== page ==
Sunday, June 23

How do we live normal lives in a world gone mad?

Reading the New York Times on a Sunday morning makes for an animated family dynamic. “All the news that’s fit to print” leaves my husband fit to be tied.

He spends an hour reading the articles in the front sections, another hour on the opinion pieces in the Week in Review. Finally, a second coffee emptied, he looks up from the newspaper, a grimace telling me the question on his mind is more a declarative sentence than a request for an answer. Has the world gone mad? he asks.

He shows me a picture of a border control officer on horseback, riding down a Haitian refugee like a plantation slave master. The article about the restrictive voting “rights” bill signed into law by the governor of Texas leaves him apoplectic. “Arlene,” his voice rising, “there are QAnon crazy people in Congress!” He goes through the pages pointing out stories about the political squabbles in Washington (he has a choice name for McConnell). He shakes his head in disbelief while reading the inane quotes from the anti-vaxxers.

The tone is plaintiff: What are we to make of this? How do we live normal, decent lives in the midst of such brutality, indifference, and prejudice?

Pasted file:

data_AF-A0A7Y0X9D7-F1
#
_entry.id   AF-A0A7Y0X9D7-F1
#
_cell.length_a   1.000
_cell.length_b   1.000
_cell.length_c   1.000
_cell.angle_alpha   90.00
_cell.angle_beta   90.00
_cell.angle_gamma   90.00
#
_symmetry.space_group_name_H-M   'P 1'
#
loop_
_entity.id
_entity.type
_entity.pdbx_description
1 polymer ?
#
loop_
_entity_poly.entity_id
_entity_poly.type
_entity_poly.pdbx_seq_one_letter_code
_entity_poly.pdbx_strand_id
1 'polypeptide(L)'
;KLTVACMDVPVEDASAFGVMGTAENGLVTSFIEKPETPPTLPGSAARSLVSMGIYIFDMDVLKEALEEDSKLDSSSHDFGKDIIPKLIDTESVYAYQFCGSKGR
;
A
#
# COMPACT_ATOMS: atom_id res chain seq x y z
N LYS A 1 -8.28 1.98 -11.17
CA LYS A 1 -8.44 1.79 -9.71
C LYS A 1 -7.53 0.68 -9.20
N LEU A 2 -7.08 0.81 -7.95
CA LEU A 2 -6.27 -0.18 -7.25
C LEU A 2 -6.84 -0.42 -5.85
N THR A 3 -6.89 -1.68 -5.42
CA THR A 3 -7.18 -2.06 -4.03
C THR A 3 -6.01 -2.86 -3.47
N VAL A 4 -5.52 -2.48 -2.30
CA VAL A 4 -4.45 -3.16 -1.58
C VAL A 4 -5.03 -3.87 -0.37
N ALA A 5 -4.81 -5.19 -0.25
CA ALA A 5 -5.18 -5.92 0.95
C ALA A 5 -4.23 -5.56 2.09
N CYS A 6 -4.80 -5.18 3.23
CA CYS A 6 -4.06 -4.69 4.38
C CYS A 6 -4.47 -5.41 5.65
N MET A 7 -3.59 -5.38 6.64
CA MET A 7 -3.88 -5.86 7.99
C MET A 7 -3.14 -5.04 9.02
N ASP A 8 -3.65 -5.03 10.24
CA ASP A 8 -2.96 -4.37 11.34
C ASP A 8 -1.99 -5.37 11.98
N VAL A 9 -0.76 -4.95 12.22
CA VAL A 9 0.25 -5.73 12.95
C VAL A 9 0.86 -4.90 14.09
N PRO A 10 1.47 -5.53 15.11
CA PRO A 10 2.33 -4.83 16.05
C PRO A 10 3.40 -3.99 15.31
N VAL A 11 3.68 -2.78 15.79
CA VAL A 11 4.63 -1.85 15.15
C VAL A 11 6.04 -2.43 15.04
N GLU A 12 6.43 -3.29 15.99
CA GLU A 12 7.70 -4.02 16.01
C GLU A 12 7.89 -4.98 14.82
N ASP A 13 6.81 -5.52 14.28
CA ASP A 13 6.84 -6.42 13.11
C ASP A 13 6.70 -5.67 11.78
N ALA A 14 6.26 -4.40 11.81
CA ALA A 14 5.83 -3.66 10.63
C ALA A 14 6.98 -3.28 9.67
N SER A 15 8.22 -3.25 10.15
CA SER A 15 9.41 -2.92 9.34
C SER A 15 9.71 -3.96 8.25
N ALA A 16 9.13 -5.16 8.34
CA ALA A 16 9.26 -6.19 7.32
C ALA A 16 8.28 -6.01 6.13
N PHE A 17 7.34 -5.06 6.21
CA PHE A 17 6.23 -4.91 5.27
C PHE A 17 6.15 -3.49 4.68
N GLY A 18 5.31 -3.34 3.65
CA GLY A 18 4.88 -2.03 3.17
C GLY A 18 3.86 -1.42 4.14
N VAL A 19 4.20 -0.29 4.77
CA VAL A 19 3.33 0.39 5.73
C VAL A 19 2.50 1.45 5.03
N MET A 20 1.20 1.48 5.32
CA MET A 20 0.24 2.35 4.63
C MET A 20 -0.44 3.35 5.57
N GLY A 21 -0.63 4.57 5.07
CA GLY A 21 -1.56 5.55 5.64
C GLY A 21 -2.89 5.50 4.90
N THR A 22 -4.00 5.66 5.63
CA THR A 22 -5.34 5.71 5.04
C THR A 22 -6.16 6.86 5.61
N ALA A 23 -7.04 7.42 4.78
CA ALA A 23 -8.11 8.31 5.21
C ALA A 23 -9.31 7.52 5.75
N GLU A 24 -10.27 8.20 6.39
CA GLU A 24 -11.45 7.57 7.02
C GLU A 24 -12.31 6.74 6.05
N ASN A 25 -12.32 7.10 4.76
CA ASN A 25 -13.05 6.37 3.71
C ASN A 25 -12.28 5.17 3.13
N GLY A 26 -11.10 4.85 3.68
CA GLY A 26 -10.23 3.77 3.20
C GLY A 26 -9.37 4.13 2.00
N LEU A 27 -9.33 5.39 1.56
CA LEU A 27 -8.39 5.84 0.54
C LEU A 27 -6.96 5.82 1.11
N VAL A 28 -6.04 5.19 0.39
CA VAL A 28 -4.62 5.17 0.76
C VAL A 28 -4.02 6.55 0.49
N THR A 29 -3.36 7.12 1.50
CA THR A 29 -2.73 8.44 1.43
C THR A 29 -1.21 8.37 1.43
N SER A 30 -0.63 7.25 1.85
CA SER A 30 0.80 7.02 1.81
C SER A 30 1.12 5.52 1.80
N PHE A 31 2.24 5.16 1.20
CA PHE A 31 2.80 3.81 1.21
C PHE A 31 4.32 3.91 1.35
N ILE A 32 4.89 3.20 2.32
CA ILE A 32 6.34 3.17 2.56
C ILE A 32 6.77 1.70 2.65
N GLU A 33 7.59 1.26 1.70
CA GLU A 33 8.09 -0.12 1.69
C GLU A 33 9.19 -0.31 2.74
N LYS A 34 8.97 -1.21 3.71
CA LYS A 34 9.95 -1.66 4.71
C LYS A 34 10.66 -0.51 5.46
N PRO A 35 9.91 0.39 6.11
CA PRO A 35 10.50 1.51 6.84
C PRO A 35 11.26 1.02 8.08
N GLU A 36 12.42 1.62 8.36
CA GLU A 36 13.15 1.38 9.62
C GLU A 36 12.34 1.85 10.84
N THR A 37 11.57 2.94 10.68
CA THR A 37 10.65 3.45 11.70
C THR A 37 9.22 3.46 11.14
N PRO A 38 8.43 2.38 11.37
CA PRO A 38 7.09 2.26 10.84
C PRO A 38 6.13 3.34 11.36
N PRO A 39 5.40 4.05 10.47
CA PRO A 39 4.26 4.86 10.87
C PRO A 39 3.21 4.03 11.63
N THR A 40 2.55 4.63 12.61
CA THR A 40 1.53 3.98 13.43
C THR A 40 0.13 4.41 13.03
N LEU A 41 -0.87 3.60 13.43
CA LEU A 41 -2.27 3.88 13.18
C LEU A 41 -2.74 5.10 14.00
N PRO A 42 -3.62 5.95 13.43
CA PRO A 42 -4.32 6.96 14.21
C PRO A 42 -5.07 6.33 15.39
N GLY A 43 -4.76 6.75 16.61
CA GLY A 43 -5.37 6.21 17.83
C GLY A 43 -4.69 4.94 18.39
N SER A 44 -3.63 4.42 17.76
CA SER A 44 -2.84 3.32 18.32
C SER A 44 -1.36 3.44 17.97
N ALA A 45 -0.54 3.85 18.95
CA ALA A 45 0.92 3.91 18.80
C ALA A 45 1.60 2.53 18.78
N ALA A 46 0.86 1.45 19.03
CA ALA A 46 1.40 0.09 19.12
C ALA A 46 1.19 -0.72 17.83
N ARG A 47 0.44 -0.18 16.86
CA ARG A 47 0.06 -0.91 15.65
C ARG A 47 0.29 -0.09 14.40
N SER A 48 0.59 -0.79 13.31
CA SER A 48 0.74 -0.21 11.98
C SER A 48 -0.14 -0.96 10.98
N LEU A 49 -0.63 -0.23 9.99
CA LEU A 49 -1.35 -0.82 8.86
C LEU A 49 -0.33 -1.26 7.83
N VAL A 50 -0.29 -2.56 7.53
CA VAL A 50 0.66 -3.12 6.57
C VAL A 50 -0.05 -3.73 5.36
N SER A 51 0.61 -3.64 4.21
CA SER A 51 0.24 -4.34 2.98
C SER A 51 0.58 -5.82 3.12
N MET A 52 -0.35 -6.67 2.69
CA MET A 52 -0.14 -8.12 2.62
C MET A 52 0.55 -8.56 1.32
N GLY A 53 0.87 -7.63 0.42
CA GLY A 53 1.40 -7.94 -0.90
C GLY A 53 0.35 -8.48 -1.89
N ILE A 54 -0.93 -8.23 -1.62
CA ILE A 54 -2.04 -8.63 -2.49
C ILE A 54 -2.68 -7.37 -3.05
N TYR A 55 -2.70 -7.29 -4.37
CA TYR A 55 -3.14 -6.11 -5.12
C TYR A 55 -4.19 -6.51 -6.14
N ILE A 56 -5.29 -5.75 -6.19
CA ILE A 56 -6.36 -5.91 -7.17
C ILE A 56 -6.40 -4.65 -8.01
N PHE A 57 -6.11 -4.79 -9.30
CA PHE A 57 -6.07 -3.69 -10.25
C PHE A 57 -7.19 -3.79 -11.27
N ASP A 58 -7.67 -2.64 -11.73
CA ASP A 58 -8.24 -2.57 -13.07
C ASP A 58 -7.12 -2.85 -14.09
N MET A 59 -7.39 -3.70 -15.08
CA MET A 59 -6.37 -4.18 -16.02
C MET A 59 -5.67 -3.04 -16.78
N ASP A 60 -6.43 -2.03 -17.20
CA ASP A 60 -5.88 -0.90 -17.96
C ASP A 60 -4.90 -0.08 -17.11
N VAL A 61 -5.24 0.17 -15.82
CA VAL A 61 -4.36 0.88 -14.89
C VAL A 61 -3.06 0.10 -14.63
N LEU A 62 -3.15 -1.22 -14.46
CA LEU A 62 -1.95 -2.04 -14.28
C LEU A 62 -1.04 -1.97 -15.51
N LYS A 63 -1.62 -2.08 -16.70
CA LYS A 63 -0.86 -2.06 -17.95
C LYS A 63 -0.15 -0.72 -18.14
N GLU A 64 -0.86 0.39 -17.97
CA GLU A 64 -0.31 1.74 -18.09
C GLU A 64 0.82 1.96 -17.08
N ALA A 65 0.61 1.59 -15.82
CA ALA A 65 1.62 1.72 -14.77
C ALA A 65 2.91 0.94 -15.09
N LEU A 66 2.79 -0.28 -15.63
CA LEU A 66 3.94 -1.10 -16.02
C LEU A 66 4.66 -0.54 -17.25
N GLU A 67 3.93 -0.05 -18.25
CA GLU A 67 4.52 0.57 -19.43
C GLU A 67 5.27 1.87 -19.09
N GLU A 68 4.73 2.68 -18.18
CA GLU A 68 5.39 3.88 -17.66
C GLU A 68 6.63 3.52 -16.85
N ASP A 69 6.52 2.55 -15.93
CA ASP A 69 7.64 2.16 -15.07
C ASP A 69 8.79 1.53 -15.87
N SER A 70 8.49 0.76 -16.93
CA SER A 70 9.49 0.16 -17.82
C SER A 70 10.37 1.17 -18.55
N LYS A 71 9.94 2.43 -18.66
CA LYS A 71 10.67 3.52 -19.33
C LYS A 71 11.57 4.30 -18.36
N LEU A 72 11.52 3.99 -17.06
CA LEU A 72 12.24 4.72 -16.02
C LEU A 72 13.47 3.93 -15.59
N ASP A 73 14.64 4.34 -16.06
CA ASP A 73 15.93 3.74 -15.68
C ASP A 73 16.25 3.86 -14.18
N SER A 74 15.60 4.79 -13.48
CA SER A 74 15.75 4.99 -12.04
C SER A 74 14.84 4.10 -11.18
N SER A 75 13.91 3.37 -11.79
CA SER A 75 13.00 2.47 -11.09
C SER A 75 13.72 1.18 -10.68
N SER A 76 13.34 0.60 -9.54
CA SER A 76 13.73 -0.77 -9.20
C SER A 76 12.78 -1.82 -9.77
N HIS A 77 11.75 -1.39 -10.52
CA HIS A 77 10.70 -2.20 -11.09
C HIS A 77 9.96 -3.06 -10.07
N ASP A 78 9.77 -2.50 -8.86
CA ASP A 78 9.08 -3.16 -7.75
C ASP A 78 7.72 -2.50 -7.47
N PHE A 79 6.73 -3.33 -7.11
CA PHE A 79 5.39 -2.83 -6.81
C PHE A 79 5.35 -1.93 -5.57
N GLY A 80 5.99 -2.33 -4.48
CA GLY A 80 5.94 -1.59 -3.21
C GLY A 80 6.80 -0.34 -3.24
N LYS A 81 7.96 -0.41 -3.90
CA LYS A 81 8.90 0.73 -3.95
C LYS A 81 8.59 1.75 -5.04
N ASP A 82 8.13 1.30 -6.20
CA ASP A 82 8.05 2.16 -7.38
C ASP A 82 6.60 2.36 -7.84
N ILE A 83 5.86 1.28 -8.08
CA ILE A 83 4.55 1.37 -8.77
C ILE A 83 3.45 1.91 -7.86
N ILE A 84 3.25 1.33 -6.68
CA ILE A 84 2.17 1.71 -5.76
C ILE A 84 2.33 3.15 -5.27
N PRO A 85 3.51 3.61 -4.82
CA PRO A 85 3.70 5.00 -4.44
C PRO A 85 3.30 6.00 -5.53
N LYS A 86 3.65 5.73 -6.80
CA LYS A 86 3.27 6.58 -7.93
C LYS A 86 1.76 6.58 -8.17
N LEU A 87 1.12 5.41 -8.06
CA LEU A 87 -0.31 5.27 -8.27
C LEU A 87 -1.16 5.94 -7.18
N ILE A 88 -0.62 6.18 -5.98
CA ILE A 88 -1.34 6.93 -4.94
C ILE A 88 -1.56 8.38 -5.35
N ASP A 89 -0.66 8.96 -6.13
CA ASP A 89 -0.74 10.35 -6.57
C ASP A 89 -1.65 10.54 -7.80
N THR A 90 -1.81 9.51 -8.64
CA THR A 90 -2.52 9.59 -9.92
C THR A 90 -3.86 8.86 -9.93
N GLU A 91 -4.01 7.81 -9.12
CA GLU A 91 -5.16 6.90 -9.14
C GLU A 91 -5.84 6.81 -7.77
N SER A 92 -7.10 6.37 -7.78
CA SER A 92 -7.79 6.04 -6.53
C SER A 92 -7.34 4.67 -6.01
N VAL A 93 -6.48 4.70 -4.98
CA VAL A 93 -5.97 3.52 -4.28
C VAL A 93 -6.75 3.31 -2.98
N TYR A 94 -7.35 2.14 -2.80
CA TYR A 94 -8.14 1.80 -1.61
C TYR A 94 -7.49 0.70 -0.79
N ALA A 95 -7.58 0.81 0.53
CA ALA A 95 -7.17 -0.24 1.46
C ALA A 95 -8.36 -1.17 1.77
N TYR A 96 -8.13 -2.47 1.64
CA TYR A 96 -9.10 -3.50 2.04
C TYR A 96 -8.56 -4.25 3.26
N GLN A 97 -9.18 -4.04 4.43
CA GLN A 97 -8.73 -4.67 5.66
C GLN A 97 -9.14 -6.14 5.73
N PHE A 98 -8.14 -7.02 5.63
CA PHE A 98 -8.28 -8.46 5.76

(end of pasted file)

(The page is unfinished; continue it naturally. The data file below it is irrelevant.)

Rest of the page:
I think about my answer carefully. Because I know breakfast tables all around the world are confronting similar questions and how I and they respond would determine the future for generations to come.

I choose to remain optimistic. I choose to uncover our light, which like the sun, always rises each morning even if the clouds keep us from seeing it. For humanity, for our planet, there is no other choice.

I believe in the basic good that exists in all of us. We all are products of our families, cultures and environments but we each have the inner wisdom that guides us to choose our own path. Along the way there are excellent instructors to lend their wisdom. I have found solace and encouragement from several contemporary writers and teachers. Tara Brach and Perma Chodron focus on compassion. Michael Singer encourages surrender to the moment. Lee Holden and Jeff Chand offer meditation in motion through Qigong.

Ultimately my husband’s question goes beyond the disturbing news of the day. It is shorthand for the eternal questions, who am I, where did I come from, where am I going?

And I answer accordingly: I am consciousness; I came from consciousness; I am going back to consciousness.

Howard thinks for a moment and a benign smile replaces his frown. He rifles through the sections and finds the Crossword Puzzle. He can usually finish it, with a little help from yours truly.

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